The exploration and collecting aspect of the game ties in very well with the manner in which missions are set up. You are free to explore the environment whenever you want. The missions allow you to choose your own path very often so it’s not out of the question to grab a clue bottle or two while heading for an objective- with any of the available characters. Your team consists of Sly, a stealthy thief, Murray, a f- I mean, big-boned hippopotamus, Bentley, a technically skilled turtle in a wheelchair and a Cooper ancestor. There’s not really an incentive to play as Murray or Bentley, however, as they are not able to make use of the (hallmark of the series) platforming techniques mastered by the Cooper family.
This feature, which is unique the Sly video games, takes the frustration out of the jumping, making it almost impossible to miss a jump and tumble to your death. How? When playing as Sly or his ancestors, you are given the ability to press the circle button when you are in the vicinity of a small object (like a ledge or a peak) and it will automatically gravitate the character towards the ledge or peak that would be much harder to jump on otherwise. It works well within its context, but almost takes out all of the platforming otherwise expected from such a game, and replaces it with a many missions based around travelling in a linear manner from point A to point B. Some of them are a bit more fun and require more navigation and platforming skills. However, a large chunk of the game does not offer any challenge, and many missions literally feel like intermissions; the game is a bit boring sometimes. The gameplay highlights are the excellent bossfights, though. They don’t try anything new, but perfectly show how the concept of scripted boss fights work, and they actually require good timing. They are a visual spectacle, as well. A tiger assaulting you with double, body length lightning swords? Yes please.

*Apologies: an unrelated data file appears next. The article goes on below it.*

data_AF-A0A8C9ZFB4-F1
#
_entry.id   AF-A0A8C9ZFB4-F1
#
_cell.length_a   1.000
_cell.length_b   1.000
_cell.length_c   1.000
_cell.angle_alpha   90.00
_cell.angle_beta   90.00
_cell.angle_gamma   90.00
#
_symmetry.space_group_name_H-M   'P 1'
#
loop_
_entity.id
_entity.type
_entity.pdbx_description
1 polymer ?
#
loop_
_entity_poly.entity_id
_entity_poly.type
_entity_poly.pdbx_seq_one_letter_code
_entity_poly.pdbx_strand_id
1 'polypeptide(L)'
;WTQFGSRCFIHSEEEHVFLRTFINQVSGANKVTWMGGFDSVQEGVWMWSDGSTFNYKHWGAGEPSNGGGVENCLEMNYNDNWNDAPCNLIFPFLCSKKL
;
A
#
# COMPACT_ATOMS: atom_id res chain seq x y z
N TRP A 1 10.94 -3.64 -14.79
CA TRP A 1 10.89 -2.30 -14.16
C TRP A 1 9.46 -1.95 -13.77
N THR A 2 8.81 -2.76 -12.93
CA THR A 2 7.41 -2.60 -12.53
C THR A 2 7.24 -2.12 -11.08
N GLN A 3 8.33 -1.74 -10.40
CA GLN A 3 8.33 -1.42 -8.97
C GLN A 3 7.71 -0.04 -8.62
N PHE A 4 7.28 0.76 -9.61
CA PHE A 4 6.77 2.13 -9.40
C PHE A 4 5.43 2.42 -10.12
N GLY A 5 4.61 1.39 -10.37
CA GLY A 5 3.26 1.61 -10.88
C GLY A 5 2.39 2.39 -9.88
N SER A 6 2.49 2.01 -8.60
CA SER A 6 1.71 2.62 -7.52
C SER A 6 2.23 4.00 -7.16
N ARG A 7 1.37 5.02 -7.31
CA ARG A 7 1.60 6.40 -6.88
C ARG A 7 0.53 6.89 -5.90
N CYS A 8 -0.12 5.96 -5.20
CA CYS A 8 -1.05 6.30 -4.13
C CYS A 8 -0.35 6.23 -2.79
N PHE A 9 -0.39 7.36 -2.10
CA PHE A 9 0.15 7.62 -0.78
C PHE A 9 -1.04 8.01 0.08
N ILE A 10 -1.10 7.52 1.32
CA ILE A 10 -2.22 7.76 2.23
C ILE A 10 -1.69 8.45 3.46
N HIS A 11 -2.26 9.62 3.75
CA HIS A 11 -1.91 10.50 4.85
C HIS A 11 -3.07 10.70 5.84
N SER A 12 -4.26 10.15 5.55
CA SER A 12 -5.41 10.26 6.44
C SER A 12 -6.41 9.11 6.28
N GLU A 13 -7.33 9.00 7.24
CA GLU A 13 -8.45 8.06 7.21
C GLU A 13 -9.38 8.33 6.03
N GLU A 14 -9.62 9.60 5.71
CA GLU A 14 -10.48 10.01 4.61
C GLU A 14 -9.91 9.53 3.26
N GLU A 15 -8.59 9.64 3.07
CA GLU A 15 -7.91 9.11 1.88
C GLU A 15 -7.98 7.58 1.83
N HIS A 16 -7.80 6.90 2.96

Occasionally, you’ll be playing as Bentley and hacking various computer terminals in order to gain access to the villain hideouts. These hacking sequences consists of little arcade style minigames, which are fun to play and change the game up a bit. Their dosage is adequate, as they don’t appear too often and aren’t too long and are spread out very well throughout the game’s nicely lengthy campaign.